And there it is. A nearly all-white crowd chanting to a nearly all-black crowd, “Shoot! Shoot! Shoot!” Contemporary racism encapsulated by an attempt to package it as support for the police, exposed by calls to shoot black men.

There are no words.
Think about it. When they first met at Madame Malkin’s, Draco tried to impress Harry. He didn’t know who Harry was and, no offence, but Harry was more than shaggy dressed. That means he was undoubtedly not Draco’s class. But Draco didn’t care. When they met again on the train, Draco offered his friendship. Harry refused. And that’s when the teasing began. Look at it this way: if Harry would be a girl, Draco would pull on his pigtails, would poke him in the ribs and would lift his skirt. But Harry is a boy, so Draco copes with his feelings in a different way. He follows Harry around to blackmail him somehow, he always starts a fight and he is mean to Harry’s friends to rise a reaction out of him. If that isn’t love or at least liking, I don’t know what else is.
Tom Felton (via trust-your-doctor)


Happy birthday, Harry Potter!

To celebrate Harry’s birthday (and my undying love for the series), I made my own covers! I created patterns (Thanks for the inspiration Scandinavia!) using a significant object from each book. I used those in the movies as reference and digitally painted them. You can view the whole project here! :)

(It’s already July 31 here in the Philippines. Haha.)

As Arnold points out, there is an otherwise inexplicable shift in direction in the Piccadilly line passing east out of South Kensington. “In fact,” she writes, “the tunnel curves between Knightsbridge and South Kensington stations because it was impossible to drill through the mass of skeletal remains buried in Hyde Park.” I will admit that I think she means “between Knightsbridge and Hyde Park Corner”—although there is apparently a “small plague pit dating from around 1664” beneath Knightsbridge Green—but I will defer to Arnold’s research.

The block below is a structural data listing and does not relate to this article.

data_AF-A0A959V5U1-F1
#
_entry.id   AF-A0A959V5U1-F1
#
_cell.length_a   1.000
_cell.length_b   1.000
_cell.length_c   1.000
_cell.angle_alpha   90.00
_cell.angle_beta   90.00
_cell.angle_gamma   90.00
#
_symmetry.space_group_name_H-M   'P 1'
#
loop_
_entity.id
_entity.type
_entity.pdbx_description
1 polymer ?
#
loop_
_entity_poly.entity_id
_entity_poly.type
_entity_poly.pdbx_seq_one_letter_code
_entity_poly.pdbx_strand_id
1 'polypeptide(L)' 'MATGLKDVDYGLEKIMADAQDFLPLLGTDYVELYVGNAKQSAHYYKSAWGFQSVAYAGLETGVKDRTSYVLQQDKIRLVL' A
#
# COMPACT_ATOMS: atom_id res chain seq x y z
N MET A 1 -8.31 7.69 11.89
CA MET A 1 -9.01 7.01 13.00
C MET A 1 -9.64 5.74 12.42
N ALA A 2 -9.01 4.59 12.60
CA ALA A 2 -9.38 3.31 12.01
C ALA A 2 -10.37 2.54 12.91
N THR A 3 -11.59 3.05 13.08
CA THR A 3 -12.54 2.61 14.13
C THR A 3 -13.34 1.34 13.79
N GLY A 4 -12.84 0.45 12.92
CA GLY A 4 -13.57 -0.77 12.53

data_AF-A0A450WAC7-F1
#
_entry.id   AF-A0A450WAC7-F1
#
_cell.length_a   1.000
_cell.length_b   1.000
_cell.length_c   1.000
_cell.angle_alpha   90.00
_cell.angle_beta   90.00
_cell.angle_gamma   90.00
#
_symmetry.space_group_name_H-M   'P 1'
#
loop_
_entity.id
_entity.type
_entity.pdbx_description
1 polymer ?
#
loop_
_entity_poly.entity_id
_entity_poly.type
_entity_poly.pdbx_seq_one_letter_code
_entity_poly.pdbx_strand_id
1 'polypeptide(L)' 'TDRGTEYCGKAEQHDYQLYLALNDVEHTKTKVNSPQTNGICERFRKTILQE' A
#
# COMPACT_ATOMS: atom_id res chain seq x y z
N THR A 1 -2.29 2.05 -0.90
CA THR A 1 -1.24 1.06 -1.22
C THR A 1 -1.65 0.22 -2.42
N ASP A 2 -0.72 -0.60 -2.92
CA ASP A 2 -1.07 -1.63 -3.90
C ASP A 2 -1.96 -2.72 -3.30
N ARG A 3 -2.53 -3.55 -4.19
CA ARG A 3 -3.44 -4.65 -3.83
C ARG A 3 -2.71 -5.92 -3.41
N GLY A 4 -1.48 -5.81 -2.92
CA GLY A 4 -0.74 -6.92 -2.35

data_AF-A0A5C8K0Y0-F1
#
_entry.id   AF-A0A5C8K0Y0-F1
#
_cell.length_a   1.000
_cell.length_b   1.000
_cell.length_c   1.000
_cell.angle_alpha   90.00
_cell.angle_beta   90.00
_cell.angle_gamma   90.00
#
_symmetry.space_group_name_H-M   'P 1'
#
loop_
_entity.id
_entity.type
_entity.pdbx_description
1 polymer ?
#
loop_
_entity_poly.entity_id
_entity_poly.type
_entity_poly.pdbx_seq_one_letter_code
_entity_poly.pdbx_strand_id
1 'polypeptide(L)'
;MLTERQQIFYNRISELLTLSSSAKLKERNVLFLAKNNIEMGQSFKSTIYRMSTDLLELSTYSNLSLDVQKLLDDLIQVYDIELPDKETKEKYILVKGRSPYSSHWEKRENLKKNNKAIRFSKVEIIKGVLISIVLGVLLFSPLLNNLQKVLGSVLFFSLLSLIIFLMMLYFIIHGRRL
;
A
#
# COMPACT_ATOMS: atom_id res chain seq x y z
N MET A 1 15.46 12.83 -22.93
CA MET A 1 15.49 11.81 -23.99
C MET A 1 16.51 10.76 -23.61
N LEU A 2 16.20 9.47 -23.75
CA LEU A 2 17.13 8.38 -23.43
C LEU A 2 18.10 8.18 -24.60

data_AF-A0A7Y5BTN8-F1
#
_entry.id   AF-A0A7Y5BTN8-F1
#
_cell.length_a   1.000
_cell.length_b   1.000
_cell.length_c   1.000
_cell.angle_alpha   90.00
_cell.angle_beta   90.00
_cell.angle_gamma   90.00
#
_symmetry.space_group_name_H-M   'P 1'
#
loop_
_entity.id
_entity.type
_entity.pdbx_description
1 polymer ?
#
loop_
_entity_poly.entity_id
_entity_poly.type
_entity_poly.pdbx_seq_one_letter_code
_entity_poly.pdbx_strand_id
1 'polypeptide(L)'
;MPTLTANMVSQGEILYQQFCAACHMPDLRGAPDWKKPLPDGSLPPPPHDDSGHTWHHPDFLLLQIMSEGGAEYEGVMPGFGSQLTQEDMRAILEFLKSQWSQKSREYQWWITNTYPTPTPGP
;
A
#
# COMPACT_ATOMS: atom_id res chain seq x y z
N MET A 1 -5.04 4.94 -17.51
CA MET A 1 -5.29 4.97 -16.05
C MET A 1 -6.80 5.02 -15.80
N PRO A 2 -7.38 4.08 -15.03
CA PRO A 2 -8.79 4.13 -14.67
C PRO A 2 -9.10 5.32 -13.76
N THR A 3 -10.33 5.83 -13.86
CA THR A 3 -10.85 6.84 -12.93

But to put that another way, the ground was so solidly packed with the interlocked skeletons of 17th-century victims of the Great Plague that the Tube’s 19th-century excavation teams couldn’t even hack their way through them all. The Tube thus had to swerve to the side along a subterranean detour in order to avoid this huge congested knot of skulls, ribs, legs, and arms tangled in the soil—an artificial geology made of people, caught in the throat of greater London.

London and Its Dead

i read shit like this and think what could my imagination possibly have to add

like how do i write something about london that’s weirder than london already is?

(via weunderstandthelights)

I am taking the Piccadilly line to the airport tomorrow and wow, do I have something to think about now.

(via ursulavernon)



the fact that straight people so often can only associate queerness to being explicit and to being inherently sexual shows that they still think of being queer as a perversion.
i can’t count the number of times i’ve encountered people who think that children should be sheltered from knowing about anything that isn’t straight because they think that means they will have to teach children about queer sex. this sexualization of queer people dehumanizes us, plain and simple. the assumption that queerness has to be sexual is so harmful and i’m done with it being used to keep queer kids in the dark and uneducated about themselves and their identities.


From the Bookshelf of Steve Rogers



On Steve’s Bookshelf (from left to right):

Never Surrender: A Soldier’s Journey to the Crossroads of Faith and Freedom (2008) by Lieutenant General William G. Boykin, a Conservative Christian activist later reprimanded by the Army for the disclosure of classified information and tactics. 

The Art of War attributed to Sun Tzu: ancient Chinese military treatise.   

A Moveable Feast (1964) by Ernest Hemingway: a memoir of Hemingway’s time in Paris during the 1920s. 

All The President’s Men (1974) by Carl Bernstein and Bob Woodward: the investigation of the Watergate Scandal which led to the resignation of President Richard Nixon. Fun Fact: Robert Redford starred in the 1976 film adaptation of the same name.

[Unknown/illegible titles] 

Dispatches by Michael Herr (1977): a memoir of the journalist’s experiences during the Vietnam War. 

Madam President: Shattering the Last Glass Ceiling (2000) by Eleanor Clift and Tom Brazaitis: a history of women in politics, leading up to Hilary Clinton in the 2008 Presidential Election.   

George H.W. Bush by Timothy Naftali (2003): a biography of President George H.W. Bush. 

Barack Obama: The Story by David Maraniss (2012): a biography of President Barack Obama. 

The Night Stalkers: Top Secret Missions of the US Army’s Special Operations Aviation Regiment (2008) by Michael J. Durant , Steven Hartov, and Lieutenant Colonel Robert L. Johnson: a history of the Army Special Operations Aviation Unit, which delivers Special Forces troops (typically) by night.   

The Second World War: An Illustrated History of WWII by Sir John Hammerton, editor (1999-2000): A ten-volume series on the history of WWII.

The red and white one is The Catcher In The Rye (1951). First edition or facsimile of it.

Next to it is Steinbeck In Vietnam: Dispatches From The War (2012).